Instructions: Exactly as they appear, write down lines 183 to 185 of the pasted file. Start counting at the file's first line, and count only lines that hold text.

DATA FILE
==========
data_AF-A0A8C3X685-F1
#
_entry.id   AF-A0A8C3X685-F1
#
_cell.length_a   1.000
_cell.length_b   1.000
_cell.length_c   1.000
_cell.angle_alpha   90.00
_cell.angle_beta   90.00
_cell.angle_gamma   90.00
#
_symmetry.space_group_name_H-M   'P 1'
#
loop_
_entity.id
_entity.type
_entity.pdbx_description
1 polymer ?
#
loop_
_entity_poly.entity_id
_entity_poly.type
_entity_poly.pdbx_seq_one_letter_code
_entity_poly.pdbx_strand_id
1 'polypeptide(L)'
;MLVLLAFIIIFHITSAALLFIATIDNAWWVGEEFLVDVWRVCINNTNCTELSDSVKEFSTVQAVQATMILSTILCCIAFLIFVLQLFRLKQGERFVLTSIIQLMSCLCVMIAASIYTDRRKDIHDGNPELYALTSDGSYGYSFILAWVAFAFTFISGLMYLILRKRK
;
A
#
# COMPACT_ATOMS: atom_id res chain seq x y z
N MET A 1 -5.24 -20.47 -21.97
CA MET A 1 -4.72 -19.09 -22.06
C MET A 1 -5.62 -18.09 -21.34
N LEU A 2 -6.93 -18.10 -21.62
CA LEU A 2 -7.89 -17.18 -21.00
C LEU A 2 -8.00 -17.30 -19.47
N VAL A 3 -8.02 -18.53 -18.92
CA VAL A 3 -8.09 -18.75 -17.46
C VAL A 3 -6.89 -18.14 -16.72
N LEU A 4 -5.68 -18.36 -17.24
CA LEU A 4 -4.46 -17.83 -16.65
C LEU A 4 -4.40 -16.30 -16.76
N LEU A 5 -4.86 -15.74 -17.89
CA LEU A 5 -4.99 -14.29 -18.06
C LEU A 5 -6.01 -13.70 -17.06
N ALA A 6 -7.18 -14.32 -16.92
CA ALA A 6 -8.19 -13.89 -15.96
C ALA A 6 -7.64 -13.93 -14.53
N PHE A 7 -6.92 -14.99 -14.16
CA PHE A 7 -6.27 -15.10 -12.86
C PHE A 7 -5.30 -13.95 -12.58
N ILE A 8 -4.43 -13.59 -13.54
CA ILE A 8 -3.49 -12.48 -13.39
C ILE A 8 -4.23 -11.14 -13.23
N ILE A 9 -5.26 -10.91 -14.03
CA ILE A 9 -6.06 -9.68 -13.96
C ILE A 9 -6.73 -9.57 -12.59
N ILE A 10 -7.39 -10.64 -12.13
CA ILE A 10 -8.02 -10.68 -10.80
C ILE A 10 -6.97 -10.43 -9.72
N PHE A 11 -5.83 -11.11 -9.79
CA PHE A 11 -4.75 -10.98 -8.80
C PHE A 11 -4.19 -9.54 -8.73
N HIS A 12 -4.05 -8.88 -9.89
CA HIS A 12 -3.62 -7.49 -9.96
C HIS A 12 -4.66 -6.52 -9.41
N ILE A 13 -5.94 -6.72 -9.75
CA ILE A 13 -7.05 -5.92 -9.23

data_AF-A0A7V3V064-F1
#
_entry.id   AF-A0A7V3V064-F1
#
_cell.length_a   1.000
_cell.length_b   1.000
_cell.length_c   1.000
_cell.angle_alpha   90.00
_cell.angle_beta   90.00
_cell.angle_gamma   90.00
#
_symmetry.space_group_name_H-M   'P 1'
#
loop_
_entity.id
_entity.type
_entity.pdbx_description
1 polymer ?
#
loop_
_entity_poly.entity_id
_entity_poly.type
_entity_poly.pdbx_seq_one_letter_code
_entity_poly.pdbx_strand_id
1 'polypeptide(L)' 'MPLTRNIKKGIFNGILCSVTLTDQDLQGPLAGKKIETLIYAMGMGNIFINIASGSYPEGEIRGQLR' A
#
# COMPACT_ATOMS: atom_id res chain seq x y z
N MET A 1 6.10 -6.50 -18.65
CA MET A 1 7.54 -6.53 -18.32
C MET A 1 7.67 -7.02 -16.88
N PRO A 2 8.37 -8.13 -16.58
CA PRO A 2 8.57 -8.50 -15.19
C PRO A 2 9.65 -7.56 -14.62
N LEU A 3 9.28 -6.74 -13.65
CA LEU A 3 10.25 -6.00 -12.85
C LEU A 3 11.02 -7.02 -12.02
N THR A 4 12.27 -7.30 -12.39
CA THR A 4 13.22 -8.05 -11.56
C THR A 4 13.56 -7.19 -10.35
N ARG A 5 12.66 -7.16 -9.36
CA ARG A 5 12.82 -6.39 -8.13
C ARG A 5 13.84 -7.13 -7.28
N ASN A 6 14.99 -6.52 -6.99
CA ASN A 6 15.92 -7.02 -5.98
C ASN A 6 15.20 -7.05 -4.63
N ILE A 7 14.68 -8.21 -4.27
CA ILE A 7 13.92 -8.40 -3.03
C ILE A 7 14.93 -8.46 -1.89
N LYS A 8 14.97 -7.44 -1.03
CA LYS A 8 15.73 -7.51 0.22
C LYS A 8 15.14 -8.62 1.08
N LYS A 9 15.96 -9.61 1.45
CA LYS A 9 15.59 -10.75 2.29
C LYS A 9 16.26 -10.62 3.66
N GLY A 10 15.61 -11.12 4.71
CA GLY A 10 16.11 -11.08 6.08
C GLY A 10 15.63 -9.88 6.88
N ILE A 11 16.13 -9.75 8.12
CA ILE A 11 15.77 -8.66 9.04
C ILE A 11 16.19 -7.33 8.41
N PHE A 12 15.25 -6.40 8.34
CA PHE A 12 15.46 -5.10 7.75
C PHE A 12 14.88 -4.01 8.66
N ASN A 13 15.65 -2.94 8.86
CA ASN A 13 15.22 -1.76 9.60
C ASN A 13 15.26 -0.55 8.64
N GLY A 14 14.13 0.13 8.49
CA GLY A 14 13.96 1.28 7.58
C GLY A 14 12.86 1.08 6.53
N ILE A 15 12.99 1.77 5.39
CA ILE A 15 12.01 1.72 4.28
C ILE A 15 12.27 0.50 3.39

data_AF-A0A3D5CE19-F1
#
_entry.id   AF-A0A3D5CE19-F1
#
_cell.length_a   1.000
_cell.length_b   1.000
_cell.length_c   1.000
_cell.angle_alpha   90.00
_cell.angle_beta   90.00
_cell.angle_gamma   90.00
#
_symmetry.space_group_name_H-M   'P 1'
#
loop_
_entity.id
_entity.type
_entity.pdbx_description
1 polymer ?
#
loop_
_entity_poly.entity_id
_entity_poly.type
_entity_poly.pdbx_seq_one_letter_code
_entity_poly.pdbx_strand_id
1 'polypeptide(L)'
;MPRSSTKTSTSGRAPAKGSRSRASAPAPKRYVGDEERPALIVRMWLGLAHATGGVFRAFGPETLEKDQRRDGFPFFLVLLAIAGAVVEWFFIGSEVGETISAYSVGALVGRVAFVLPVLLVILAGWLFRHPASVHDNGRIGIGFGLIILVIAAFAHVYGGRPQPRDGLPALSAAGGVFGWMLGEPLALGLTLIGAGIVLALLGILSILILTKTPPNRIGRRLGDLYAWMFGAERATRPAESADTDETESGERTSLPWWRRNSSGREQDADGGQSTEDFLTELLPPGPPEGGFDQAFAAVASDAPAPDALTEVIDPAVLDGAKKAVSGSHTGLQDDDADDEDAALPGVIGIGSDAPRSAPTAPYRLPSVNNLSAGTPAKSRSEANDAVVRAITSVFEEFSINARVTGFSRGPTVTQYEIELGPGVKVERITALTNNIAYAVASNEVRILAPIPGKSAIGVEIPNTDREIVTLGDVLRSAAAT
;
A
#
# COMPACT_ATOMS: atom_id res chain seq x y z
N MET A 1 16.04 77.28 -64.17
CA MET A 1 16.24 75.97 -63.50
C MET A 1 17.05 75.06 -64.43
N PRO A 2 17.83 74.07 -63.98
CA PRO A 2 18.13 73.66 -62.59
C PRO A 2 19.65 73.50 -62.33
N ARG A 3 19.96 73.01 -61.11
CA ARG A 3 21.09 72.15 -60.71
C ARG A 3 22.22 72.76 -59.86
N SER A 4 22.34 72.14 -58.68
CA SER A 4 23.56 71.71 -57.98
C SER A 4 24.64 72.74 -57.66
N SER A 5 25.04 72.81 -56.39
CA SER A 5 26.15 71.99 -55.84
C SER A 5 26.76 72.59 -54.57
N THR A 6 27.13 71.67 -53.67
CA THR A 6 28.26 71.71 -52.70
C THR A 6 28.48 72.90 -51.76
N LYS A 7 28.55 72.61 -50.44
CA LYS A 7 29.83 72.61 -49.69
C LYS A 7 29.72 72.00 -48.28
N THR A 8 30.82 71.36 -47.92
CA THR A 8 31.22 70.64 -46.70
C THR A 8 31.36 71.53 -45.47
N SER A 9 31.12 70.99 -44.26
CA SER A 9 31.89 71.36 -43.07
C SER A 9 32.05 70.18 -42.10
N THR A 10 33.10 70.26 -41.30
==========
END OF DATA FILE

N SER A 5 25.04 72.81 -56.39
CA SER A 5 26.15 71.99 -55.84
C SER A 5 26.76 72.59 -54.57